Thomas HEIN is Professor at the Dept. Water-Atmosphere-Environment, Inst. of Hydrobiology and Aquatic Ecosystem Management as well as affiliated to WasserCluster Lunz. His research topics cover nutrient and carbon cycling and biodiversity aspects of primary producers and invertebrates within riverine landscapes and along critical interfaces such as aquatic-terrestrial boundaries as well as interdisciplinary ecohydrological approaches based on a combined high resolution observational, experimental and integrated modelling approach. A better understanding how societal processes shape ecosystem functioning and services and could limit ecosystem management is a central question of our research.
Fridolin KRAUSMANN is Professor of Sustainable Resource Use at the Department of Economics and Social Sciences (Institute of Social Ecology). He is a leading expert in social metabolism research and has pioneered the development of socio-ecological methods like material and energy flow analysis (MEFA framework). He investigates socio-metabolic transitions and changes in the use of energy, materials and land at different spatial and temporal scales. His current research focuses on the role of in-use stocks of materials as drivers for material and energy demand (stock-flow-service nexus) and the socio-metabolic assessment of Circular Economy.
Marianne PENKER is Professor for Rural Sociology and Rural Development at the Institute for Sustainable Economic Development. She is fascinated by interacting and co-evolving social and ecological systems and transnational comparisons of rural development. For two decades, she has approached rural development issues from a socio-institutional perspective, with an empirical focus on agro-food systems, landscapes, renewable energy, and climate change. Sustainable rural development requires the collective management of commons, such as landscapes, natural resources, culinary or cultural heritage. In this context, she wants to understand how formal rules, social norms and values interact and co-evolve with land use practices.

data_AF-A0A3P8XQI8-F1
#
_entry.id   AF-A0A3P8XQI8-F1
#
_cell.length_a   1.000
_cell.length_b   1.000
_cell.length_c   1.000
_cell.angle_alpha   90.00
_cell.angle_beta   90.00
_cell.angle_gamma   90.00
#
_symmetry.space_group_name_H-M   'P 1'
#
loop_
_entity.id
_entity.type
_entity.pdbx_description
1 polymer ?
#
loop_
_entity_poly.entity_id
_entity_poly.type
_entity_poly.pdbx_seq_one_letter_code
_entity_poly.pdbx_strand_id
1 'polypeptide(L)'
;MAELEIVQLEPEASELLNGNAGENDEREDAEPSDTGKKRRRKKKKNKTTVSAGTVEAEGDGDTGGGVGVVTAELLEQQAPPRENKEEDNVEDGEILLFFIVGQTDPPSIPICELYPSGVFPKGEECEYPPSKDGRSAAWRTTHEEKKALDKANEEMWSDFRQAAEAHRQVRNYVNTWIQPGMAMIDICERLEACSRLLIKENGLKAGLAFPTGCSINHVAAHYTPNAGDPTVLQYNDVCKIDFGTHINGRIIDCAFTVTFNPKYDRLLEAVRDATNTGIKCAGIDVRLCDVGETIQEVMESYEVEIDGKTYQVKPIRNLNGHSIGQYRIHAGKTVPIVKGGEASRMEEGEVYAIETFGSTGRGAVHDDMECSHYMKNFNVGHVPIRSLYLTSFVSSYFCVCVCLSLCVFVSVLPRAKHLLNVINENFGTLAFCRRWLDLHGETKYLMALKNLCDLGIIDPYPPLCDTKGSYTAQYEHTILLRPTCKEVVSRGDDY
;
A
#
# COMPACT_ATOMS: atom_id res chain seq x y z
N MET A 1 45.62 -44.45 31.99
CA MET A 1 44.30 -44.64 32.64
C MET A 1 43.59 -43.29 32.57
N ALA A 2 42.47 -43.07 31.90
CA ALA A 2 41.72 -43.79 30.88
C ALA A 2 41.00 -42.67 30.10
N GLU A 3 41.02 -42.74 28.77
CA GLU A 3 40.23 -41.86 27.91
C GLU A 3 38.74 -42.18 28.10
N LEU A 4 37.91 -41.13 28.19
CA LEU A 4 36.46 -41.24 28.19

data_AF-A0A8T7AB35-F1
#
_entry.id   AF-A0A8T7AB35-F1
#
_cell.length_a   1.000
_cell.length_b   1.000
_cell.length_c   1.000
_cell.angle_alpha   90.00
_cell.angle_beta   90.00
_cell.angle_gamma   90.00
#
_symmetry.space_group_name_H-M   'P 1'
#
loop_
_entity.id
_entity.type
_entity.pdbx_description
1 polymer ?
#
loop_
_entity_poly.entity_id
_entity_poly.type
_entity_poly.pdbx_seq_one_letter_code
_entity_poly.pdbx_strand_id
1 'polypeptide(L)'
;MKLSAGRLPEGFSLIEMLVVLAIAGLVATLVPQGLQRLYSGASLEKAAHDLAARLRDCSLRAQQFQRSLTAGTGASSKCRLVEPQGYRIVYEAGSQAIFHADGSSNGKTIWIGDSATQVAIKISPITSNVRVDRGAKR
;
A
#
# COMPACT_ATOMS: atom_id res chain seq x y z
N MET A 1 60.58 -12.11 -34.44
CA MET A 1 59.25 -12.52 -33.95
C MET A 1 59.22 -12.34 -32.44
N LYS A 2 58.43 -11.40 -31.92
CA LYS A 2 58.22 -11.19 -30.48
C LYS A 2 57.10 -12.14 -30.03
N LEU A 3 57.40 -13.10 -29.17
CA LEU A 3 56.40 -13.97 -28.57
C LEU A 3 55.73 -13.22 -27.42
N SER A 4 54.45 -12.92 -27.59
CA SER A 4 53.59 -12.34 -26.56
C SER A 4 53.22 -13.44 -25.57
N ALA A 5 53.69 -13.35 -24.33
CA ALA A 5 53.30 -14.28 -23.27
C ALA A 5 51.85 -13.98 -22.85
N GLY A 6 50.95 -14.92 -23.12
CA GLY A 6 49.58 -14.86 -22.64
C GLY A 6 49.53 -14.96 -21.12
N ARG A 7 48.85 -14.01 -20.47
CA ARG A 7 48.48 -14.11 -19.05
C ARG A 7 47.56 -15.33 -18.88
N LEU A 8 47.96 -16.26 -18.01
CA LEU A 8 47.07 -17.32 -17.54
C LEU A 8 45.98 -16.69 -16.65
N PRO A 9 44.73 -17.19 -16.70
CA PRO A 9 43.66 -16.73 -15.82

Martin SCHMID is Associate Professor at the Institute of Social Ecology (SEC). He is historian by training, concentrating on interdisciplinary environmental history. Environmental historians study the mutual relationship between people and the rest of nature over longer periods of time, from a few decades to a few millennia. Environmental History provides references from the past to understand and analyse the rationale, intensity and velocity of the ongoing process of industrialization. At SEC, Martin has contributed to developing long-term socio-ecological research (LTSER), an approach to integrate ecological with socio-economic and cultural research systematically. His research interests include the linkage of societal change with natural resource use, past energy transitions, urban and aquatic environmental history and environmental dimensions of wars.